Crypto experts react to Bank of England crash warning amid talk of first SEC bitcoin ETF

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Crypto experts react to Bank of England crash warning amid talk of first SEC bitcoin ETF

Two Crypto experts are among those to have reacted to Jon Cunliffe, the Bank of England Deputy Governor for financial stability, calling for cryptocurrencies to be regulated as a matter of urgency and warning that a massive crypo market crash could be a realistic scenario.

This debate sits against the backdrop of Bitcoin a shade off a six-month high at 10am this morning (15 October) at around $58,000, as market sentiment rose on the expectation that the Securities and Exchange Commission (SEC) is poised to allow its first US Bitcoin futures ETF.

Bitcoin has doubled in value this year and has got closer to April's record high of $64,895.

Haphazard legislative efforts could as well cripple the space, discourage investors from participating, and - paradoxically - contribute to the so-called "market crash" they are allegedly meant to avert."

Mikkel Morch, executive director & risk management at crypto/digital assets hedge fund ARK36, said: "The calls for more regulation in digital asset investments are, in principle, a much welcome sign of the broadening adoption of these assets.

Careful and sensible regulation could indeed support the move of smart money into the space and reduce the volatility of crypto in general. On the other hand, rushed regulation is rarely good regulation. It is therefore of potential concern that Sir Jon Cunliffe calls regulating crypto a "matter of urgency".

Morch added: "Digital assets have become one of the most innovative, vibrant, and profitable industries partly due to the fact that they have been allowed to grow without much involvement from the regulators.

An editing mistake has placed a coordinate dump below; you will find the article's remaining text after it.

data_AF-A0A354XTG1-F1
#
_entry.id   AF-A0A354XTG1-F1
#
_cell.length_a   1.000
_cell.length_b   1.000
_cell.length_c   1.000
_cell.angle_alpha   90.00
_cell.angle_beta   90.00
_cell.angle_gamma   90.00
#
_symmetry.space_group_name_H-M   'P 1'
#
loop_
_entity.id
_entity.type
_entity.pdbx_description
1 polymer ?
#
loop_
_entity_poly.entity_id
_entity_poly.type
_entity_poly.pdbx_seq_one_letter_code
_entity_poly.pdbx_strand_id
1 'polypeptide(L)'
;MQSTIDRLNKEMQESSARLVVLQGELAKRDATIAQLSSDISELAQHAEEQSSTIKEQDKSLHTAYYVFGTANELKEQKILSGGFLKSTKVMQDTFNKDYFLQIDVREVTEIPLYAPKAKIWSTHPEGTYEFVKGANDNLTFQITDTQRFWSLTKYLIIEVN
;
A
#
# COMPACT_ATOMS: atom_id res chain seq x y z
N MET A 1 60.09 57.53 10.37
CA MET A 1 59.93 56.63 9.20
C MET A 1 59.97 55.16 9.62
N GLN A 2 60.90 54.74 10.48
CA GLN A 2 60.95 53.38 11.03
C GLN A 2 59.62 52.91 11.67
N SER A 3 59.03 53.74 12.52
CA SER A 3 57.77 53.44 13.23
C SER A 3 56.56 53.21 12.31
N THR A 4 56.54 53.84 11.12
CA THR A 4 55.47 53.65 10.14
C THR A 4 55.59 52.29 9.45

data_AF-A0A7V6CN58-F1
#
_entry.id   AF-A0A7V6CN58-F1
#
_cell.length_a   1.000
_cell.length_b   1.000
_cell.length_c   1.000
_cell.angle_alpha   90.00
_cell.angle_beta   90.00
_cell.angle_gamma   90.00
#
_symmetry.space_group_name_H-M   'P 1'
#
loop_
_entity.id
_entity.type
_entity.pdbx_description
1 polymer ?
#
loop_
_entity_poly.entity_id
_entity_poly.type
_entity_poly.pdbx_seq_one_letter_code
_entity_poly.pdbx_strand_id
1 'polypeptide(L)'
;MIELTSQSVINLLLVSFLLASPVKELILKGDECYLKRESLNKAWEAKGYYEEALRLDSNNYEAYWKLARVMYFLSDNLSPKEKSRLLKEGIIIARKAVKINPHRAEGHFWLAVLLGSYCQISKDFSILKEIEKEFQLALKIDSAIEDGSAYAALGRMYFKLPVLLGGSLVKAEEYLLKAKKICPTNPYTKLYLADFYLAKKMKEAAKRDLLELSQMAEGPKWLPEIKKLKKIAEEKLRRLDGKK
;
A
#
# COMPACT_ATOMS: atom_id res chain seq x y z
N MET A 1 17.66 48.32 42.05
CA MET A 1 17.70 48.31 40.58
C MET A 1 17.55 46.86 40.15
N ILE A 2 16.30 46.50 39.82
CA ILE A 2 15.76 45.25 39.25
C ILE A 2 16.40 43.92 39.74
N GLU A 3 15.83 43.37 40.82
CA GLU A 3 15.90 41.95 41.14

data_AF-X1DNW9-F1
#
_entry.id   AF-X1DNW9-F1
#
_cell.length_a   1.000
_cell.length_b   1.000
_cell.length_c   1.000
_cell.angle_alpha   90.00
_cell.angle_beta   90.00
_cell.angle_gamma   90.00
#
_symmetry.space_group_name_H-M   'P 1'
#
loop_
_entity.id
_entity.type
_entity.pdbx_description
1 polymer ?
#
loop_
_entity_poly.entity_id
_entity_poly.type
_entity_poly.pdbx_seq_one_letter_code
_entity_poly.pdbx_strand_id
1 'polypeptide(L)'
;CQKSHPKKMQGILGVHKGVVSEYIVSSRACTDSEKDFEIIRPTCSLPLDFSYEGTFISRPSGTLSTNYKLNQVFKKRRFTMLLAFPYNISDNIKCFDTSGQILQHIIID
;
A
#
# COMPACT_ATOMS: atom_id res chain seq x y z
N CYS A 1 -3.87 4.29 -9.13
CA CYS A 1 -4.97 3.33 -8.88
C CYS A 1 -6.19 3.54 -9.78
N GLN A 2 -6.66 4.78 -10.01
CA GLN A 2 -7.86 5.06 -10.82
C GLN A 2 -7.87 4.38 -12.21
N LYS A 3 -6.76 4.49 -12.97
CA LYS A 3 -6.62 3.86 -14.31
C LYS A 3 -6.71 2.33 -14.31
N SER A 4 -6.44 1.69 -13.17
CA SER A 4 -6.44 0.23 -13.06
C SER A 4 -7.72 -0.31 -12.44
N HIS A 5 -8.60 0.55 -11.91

Now, it may be time for the regulators to step in and help the space achieve greater maturity. However, haphazard legislative efforts could as well cripple the space, discourage investors from participating, and - paradoxically - contribute to the so-called "market crash" they are allegedly meant to avert.

In any case, comments like the one made by Sir Jon Cunliffe are a testament to the fact that digital assets have indeed become too large to ignore even by some of the oldest and most traditional financial institutions. This should give investors more confidence in the digital asset market's resilience - despite the alarmist tone of Cunliffe's comments."

Martha Reyes, head of research at digital asset prime brokerage and exchange BEQUANT, said: "We welcome further regulation in the space as it will attract more capital and interest, and this is already happening. However, it is a stretch to say that the sector threatens financial stability.

Volatility has actually fallen as institutions have become more active in the asset class. Crypto has already undergone steep sell offs, the latest one this spring, without repercussions for other markets. Regulators need to embrace the technological innovation of the blockchain, and incorporate the assets into a regulatory framework without engaging in unnecessary fear mongering."